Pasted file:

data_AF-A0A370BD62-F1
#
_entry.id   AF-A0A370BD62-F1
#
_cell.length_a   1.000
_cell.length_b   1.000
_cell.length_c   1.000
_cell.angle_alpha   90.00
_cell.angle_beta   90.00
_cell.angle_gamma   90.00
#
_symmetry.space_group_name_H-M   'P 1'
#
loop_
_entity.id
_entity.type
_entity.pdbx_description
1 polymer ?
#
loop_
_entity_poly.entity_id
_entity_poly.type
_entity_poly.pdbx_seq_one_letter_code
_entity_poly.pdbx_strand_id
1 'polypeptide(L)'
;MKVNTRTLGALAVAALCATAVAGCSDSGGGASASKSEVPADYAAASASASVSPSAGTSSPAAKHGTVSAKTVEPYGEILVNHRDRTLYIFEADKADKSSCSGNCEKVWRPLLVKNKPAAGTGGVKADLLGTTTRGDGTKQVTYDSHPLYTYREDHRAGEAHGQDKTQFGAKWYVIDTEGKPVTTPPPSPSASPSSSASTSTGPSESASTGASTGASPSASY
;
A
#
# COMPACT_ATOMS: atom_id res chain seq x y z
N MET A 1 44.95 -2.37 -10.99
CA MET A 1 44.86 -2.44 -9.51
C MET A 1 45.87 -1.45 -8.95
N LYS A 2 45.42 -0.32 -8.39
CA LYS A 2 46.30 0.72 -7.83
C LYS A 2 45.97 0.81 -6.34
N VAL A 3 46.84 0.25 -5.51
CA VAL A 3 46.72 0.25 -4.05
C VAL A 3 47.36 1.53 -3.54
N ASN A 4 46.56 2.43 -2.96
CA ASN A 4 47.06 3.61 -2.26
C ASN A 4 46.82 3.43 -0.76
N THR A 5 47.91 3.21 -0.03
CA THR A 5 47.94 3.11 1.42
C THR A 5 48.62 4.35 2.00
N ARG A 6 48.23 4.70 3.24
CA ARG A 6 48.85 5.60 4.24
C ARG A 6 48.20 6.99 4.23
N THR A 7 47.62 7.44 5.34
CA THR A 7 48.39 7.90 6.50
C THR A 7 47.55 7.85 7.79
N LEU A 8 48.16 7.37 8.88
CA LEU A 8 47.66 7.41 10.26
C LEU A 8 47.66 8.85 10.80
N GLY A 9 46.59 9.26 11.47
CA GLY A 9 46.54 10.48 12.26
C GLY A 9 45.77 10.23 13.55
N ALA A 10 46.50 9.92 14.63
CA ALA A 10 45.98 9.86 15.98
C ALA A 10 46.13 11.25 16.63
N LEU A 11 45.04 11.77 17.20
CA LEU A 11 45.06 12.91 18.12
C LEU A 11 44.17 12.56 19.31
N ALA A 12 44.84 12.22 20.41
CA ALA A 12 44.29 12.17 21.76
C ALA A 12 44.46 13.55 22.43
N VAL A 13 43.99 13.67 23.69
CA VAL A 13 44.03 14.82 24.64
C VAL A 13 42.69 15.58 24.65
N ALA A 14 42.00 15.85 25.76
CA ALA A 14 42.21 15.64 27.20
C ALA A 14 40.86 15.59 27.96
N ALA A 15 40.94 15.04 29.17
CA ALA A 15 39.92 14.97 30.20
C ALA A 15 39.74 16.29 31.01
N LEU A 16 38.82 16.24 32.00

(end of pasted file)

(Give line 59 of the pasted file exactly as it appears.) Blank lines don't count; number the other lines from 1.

CA ALA A 10 45.98 9.86 15.98